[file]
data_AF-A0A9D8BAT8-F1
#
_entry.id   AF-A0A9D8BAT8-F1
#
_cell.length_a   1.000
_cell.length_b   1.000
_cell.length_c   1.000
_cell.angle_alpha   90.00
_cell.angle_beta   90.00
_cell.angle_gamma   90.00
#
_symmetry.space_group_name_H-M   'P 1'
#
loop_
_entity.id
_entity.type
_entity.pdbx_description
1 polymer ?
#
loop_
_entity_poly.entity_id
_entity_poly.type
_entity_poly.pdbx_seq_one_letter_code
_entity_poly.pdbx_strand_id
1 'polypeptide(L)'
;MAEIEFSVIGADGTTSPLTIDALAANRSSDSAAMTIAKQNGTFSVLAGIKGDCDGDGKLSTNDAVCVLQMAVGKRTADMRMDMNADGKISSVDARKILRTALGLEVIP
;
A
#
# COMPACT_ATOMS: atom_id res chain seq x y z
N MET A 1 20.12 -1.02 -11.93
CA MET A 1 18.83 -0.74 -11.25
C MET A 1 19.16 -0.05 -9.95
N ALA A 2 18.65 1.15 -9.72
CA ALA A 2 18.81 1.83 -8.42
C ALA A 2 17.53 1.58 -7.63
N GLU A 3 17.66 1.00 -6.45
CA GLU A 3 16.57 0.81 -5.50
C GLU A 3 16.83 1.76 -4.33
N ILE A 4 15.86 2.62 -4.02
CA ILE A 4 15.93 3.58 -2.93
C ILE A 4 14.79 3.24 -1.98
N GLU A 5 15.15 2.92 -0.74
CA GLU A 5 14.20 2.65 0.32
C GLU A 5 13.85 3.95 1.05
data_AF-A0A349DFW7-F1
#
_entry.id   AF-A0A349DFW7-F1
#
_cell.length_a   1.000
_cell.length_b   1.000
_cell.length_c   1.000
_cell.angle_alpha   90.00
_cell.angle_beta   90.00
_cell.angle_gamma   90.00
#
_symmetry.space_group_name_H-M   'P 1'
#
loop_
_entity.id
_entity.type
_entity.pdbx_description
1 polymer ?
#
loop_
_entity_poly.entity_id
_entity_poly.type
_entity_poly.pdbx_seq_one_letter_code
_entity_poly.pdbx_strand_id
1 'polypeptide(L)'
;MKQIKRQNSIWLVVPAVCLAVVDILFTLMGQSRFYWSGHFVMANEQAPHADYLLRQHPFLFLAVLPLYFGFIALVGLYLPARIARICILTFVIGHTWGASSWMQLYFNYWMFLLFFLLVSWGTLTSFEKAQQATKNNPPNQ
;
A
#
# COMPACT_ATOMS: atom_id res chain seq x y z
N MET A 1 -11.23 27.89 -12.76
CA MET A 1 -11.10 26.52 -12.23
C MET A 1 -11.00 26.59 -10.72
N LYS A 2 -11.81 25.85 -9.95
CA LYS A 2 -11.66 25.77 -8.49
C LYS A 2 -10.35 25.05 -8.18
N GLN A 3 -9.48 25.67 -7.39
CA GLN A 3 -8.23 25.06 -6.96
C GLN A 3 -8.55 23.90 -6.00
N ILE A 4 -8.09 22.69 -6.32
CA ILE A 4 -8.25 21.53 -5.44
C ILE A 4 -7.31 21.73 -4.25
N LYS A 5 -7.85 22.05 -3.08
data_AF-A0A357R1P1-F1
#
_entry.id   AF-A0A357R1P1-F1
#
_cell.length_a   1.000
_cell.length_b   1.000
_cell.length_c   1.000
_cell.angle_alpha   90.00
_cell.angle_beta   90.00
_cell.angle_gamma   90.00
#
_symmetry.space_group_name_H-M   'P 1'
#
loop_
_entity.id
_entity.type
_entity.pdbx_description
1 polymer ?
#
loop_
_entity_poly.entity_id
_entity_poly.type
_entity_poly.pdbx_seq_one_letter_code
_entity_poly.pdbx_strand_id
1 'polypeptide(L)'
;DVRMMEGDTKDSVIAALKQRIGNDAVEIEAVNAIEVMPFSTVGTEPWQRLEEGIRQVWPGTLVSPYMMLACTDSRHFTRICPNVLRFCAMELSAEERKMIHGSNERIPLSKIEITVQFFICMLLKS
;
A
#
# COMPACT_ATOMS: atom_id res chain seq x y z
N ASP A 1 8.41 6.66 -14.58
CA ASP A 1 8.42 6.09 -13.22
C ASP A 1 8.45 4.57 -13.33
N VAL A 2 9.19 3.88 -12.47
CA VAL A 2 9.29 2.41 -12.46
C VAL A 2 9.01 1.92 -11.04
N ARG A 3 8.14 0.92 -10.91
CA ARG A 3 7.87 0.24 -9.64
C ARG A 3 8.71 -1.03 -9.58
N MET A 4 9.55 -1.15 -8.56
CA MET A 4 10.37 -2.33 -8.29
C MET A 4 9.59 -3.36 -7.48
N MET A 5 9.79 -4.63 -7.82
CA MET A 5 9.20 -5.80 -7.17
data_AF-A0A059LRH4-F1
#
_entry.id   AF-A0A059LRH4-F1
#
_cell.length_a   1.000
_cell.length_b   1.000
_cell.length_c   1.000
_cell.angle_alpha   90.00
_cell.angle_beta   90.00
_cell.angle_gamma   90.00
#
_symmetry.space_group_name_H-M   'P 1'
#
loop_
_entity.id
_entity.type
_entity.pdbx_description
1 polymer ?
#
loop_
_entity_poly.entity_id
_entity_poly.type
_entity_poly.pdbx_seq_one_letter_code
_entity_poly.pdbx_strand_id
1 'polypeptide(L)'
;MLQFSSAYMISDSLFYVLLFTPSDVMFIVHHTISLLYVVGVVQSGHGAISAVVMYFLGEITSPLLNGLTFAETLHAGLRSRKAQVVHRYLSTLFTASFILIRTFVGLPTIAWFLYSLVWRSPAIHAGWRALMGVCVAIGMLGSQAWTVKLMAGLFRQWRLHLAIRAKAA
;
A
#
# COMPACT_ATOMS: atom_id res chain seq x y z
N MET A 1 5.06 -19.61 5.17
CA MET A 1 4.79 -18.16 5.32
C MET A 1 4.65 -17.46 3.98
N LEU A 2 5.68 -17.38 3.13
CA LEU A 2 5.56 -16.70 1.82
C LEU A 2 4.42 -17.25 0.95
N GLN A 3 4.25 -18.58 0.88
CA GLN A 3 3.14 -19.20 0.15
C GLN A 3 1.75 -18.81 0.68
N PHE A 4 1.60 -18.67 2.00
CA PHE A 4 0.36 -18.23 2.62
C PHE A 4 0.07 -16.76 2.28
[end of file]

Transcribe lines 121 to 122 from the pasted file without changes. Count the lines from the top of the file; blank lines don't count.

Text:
C ASP A 1 8.45 4.57 -13.33
N VAL A 2 9.19 3.88 -12.47